The distinction between patients with Parkinson's disease who have concomitant Alzheimer disease (generally known as the Lewy Body Variant of AD [LBV-AD]) and those with diffuse Lewy Body Disease (DLBD) is very difficult to make at the time when cognitive impairment is first evident. The origin of the cognitive impairment in these patients is also unclear. Assessing brain perfusion and neurotransmission simultaneously using simultaneous dual isotope SPECT would yield valuable insight into the two diseases and, potentially, make it possible to discriminate between the two dementia categories at an early stage. Such studies would also allow us to relate the quantitative estimates of brain perfusion and pre-synaptic dopamine function to quantitative measures of motor and cognitive function.
The overall goal of the study will be to determine how well measures of dopamine function and blood perfusion derived from quantitative simultaneous dual-tracer SPECT correlate with clinical manifestations of PD and measures of cognitive ability, both global and particular.
The ultimate goal of this work is to optimize quantitative dual isotope SPECT imaging for the purpose of detecting the earliest disease-related changes in the brain. This will lead to an improved understanding of the natural history of neurological diseases such as PD and DLBD. Furthermore, simultaneous dual-isotope SPECT imaging has the potential to become a convenient, safe, and accurate technique for monitoring disease progression or response to therapy.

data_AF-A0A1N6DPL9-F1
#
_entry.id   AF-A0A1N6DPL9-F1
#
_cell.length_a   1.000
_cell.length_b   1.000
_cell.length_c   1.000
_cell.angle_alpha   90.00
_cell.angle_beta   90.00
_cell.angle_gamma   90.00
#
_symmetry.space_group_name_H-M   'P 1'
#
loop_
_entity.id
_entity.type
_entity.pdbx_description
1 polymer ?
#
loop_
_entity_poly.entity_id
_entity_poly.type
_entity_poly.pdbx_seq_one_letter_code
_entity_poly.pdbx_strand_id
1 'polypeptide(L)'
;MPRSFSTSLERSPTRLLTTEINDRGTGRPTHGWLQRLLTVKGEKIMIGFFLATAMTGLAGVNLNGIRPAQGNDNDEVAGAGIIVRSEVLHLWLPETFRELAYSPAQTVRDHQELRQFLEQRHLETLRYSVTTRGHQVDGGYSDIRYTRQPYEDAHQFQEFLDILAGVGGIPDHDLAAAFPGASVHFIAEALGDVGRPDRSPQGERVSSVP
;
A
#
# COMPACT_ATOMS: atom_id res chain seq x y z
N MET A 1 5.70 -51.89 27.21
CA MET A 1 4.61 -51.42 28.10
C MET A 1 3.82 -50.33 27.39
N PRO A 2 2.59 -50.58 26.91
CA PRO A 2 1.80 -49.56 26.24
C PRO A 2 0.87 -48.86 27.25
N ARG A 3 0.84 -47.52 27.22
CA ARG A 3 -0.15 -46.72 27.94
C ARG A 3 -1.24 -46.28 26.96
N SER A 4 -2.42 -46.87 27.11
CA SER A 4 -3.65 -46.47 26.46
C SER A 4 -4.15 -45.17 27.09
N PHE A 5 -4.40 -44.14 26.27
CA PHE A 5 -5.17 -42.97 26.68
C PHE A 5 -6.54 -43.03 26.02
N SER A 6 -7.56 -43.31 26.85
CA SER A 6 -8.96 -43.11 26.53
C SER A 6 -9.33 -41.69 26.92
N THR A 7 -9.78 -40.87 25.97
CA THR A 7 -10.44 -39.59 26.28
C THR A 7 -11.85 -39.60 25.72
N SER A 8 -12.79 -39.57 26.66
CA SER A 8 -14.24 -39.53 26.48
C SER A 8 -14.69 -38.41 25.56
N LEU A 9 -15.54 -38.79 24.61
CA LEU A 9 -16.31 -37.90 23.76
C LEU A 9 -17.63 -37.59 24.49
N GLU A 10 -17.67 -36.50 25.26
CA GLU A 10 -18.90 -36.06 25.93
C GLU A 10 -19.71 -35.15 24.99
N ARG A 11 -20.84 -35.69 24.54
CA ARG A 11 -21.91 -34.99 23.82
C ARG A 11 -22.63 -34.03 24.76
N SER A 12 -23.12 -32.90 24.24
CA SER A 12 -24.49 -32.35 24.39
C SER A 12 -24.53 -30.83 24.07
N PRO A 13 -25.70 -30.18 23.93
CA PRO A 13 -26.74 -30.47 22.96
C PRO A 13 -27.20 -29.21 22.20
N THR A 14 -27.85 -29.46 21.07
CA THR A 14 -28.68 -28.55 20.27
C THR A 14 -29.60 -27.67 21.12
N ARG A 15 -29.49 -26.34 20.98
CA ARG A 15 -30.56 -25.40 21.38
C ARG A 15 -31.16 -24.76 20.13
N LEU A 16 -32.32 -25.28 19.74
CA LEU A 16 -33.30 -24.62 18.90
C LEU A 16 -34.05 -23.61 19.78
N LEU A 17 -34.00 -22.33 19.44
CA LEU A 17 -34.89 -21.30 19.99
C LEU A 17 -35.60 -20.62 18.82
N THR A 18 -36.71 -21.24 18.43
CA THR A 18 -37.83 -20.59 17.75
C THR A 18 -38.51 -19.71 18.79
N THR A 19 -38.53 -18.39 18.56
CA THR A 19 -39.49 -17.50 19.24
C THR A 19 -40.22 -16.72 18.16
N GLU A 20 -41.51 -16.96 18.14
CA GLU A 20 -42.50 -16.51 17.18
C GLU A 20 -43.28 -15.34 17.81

Because the emission energies of photons from the two radio-isotopes that are attached to the tracers, 99mTc and 123I, are very close, discrimination between them on the basis of energy is extremely difficult. We will extend a method we have recently developed that makes possible separation of these two isotopes to the simultaneous imaging of blood perfusion and post-synaptic dopamine function in PD patients. Our methodology will also address correction of the effects of other physical processes, such as attenuation and limited and variable spatial resolution, that compromise the accuracy of the images.
We will apply this technique to simultaneous imaging of pre-synaptic dopamine function (123I-altropane) and perfusion (99mTc-HMPAO) in 40 PD patients with cognitive impairment and 20 PD patients without cognitive impairment. Subjects will have a UPDRS and a brief neuropsychological battery, as well as simultaneous 123I-altropane / 99mTc-HMPAO SPECT scans. The overall goal of the analyses will be to determine, using correlation analysis, how well measures of dopamine function and blood perfusion derived from quantitative simultaneous dual-tracer SPECT correlate with clinical manifestations of PD, as measured by the UPDRS, and measures of cognitive ability, both global (the Blessed score) and particular (the tests in the neuropsychological battery, including tests of memory, conceptualization, spatial function, and attention).